West Potomac senior Alex Jones remembers all the coaching changes, referring to the uncertainty as "tragic." Junior Sofie McMullen recalls a practice or two when the Wolverines didn’t have a head coach in the gym.
Turnover has been commonplace for the West Potomac girls basketball program. Terry Newton, 39, enters the 2010-11 campaign as the fourth different West Potomac head coach in four seasons. Newton took over near the end of last season for Vincent Tate and said he hopes to bring some stability to the program. Newton won his first game as head coach, beating Lake Braddock, but West Potomac dropped its final three games to finish 2-15.
Newton’s first step toward turning the program around would be to lay the foundation this season with a team composed of two seniors, three juniors and seven freshmen and sophomores.
"I feel as though in two seasons, we should be in the top four within [the Patriot] District," Newton said. "The good thing about having a young team, you can sculpt them and develop them into what you want. There’s a lot of young talent."
Getting the chance to coach the Wolverines at the end of last year helped bring organization to the offseason and continuity headed into November practices. Newton said the program’s numbers were up during offseason conditioning and enough girls tried out that cuts were made.
"It was pretty difficult because ever since I came to West Potomac we’ve had a different coach every year," Jones said. "No matter if it was freshman or varsity, it’s always been a different coach. It was kind of tragic, but we’ve got to work with [Newton] and now we’re used to him. This year it’s easier because we have the same coach."
Jones, a 5-foot-7 guard, and 5-foot-8 post Danuelle Doswell are the team’s only seniors. McMullen, a 6-foot forward, 5-foot-10 post Caroline Kelly and 5-foot-6 point guard Melanie Boykin are the team’s juniors.
"It’s been really hard," McMullen said of the coaching changes. "We’ve had to go from learning different plays and different practice routines, switching halfway through [last season, to] getting used to not having a coach at some practices, so it’s been really hard on all the players.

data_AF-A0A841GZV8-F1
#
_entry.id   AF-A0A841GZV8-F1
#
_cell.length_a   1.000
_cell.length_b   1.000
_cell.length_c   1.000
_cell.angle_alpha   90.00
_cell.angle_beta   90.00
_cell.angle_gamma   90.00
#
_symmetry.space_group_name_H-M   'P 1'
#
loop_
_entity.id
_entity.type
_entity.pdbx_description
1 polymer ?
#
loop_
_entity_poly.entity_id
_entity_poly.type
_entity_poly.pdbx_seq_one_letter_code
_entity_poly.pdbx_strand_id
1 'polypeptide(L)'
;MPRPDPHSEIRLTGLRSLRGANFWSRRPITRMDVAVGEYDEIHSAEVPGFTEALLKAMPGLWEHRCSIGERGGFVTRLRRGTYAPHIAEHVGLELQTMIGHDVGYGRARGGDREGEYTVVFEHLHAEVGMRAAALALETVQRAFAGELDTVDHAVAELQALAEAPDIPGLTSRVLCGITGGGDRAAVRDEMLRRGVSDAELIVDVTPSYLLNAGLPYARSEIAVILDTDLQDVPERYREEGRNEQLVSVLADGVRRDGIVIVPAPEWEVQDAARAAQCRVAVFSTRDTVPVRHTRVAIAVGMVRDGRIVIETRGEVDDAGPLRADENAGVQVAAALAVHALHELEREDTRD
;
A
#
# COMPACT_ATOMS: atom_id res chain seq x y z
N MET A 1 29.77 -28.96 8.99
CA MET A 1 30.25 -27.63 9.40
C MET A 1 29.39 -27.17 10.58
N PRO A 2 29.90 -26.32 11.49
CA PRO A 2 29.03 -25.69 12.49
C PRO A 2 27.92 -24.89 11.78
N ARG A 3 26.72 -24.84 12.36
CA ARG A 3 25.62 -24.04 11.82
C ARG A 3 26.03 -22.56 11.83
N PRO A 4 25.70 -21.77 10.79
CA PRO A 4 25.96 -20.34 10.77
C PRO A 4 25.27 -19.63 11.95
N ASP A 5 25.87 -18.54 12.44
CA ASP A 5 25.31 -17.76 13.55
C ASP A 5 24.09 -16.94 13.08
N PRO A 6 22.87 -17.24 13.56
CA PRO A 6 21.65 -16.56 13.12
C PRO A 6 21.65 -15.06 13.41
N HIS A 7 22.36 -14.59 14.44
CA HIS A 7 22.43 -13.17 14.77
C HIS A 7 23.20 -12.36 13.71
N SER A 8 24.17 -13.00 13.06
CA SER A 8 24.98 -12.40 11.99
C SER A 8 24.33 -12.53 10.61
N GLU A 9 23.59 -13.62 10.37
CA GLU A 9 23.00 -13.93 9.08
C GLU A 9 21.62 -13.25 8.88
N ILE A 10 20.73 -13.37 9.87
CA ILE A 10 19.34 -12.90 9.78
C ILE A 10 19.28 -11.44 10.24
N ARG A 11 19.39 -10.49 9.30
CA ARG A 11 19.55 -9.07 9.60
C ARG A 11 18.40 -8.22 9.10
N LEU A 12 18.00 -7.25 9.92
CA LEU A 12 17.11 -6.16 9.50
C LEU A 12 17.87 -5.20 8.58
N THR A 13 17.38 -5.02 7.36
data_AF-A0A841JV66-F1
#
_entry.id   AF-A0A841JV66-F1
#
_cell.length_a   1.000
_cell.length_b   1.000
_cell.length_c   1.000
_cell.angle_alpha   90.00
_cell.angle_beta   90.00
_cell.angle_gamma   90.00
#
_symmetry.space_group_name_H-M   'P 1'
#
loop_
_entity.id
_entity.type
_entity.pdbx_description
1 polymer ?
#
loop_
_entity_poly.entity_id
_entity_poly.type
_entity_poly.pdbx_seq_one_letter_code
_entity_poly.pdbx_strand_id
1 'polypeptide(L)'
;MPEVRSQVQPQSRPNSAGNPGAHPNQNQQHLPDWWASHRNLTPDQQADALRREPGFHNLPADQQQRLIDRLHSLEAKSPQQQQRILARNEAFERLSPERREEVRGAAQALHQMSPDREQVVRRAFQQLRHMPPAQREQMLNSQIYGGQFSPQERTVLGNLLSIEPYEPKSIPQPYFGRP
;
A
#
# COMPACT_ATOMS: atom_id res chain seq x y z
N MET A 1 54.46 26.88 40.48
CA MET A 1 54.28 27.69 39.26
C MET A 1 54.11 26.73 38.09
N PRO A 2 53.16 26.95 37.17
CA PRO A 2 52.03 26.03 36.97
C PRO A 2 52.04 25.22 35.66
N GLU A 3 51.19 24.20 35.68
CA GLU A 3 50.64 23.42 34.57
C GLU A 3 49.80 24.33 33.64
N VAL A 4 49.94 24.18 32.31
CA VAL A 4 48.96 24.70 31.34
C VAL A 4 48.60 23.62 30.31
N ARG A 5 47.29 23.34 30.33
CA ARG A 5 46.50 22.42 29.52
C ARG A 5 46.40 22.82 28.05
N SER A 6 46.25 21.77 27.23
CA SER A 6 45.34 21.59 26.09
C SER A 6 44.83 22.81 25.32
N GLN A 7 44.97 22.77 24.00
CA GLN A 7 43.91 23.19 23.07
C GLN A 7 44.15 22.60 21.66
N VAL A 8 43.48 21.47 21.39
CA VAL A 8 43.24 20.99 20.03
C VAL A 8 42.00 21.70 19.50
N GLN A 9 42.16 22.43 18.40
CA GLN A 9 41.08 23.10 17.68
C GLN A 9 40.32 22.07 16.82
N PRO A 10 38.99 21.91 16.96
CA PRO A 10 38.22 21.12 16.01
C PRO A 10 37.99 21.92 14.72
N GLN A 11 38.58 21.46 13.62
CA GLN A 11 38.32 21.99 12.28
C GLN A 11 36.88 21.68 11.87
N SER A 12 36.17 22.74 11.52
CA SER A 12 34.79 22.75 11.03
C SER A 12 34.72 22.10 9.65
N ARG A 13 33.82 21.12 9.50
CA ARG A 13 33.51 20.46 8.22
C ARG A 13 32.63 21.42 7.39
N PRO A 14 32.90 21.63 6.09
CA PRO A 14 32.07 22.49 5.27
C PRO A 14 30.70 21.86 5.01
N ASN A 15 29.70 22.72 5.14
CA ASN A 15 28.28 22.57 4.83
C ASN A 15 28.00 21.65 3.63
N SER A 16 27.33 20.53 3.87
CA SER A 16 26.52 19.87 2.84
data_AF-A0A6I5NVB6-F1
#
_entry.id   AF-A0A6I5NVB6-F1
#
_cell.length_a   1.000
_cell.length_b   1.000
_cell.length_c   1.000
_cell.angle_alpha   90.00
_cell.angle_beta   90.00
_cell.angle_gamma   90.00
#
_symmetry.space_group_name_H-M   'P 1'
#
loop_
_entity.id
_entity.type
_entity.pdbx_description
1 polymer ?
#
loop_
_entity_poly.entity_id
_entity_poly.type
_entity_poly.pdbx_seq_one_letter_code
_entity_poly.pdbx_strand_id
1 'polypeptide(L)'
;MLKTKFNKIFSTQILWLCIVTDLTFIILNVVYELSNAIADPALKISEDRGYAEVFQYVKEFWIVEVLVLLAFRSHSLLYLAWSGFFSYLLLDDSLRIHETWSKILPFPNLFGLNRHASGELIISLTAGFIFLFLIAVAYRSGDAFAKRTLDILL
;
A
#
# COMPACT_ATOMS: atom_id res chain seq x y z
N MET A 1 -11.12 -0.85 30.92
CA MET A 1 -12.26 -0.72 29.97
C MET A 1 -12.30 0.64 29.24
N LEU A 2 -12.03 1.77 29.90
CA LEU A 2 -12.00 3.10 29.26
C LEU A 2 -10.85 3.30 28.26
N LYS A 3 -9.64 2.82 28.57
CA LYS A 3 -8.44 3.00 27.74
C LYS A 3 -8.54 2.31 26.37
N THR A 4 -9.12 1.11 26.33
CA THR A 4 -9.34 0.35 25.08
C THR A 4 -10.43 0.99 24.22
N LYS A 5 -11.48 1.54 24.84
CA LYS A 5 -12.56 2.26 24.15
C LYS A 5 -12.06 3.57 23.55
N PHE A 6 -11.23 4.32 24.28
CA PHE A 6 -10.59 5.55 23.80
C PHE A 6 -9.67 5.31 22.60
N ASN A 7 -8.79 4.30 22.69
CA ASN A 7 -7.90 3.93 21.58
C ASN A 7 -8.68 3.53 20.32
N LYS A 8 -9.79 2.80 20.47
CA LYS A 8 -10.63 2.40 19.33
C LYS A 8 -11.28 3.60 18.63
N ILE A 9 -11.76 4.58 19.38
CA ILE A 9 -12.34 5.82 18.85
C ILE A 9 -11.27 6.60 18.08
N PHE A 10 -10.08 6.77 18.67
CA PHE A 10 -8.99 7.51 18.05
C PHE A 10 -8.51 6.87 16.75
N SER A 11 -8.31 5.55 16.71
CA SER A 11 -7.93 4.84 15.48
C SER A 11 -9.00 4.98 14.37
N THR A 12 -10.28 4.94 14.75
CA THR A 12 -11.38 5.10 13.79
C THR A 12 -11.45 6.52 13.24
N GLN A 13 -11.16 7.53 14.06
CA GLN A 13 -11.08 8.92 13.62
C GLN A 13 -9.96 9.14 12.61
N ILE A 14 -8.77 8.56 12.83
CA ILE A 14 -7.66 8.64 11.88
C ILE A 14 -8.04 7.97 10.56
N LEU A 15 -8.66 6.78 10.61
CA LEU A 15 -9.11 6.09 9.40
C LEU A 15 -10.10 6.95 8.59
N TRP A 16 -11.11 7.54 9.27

"[Newton has] been awesome. We love him so much. He saved us last year. He helped us finish our season off. He’s been great this year. I think we’ve definitely improved. We’ve got a pretty good roster this year. I expect big things."
While the upperclassmen can provide leadership, the future of the program is its talented underclassmen. Newton said sophomores Tayla Dawson (5’3" point guard) and Blossom Pierre (5’7" guard) and freshmen Resheika Gegory (5’8" forward) and Tajah Staton-Badson (5’6" guard) will be the team’s top offensive threats. Sophomores Lindsey Sawczuk (5’5") and Anna Carney (6’) and freshman Rosey Sheehan (5’10") will compete for playing time.
What are Newton’s expectations for a team so young?
"Development: that’s all I expect," he said. "We’re going to win some games, we’re going to lose some games, but I really think we’re going to shock teams. I don’t think we’re going to be that same pushover. [Teams can’t] automatically chalk us up as a win on [their] schedules this year. I think we’re going to give a lot of teams a surprise."
West Potomac opens on the road against rival Mount Vernon at 7:30 p.m. on Dec. 3. The Wolverines’ first district game is Dec. 10 at home against Lee. While West Potomac lacks experience, Newton spoke with confidence about the Wolverines’ chances of getting off to a fast start.
"We start off against Mount Vernon on Friday, then we’ve got Wakefield and Lee," he said. "I really feel as though it’s an opportunity for us to start 3-0 this year. My expectations? If we can break .500 this year, I think that’s a very successful season."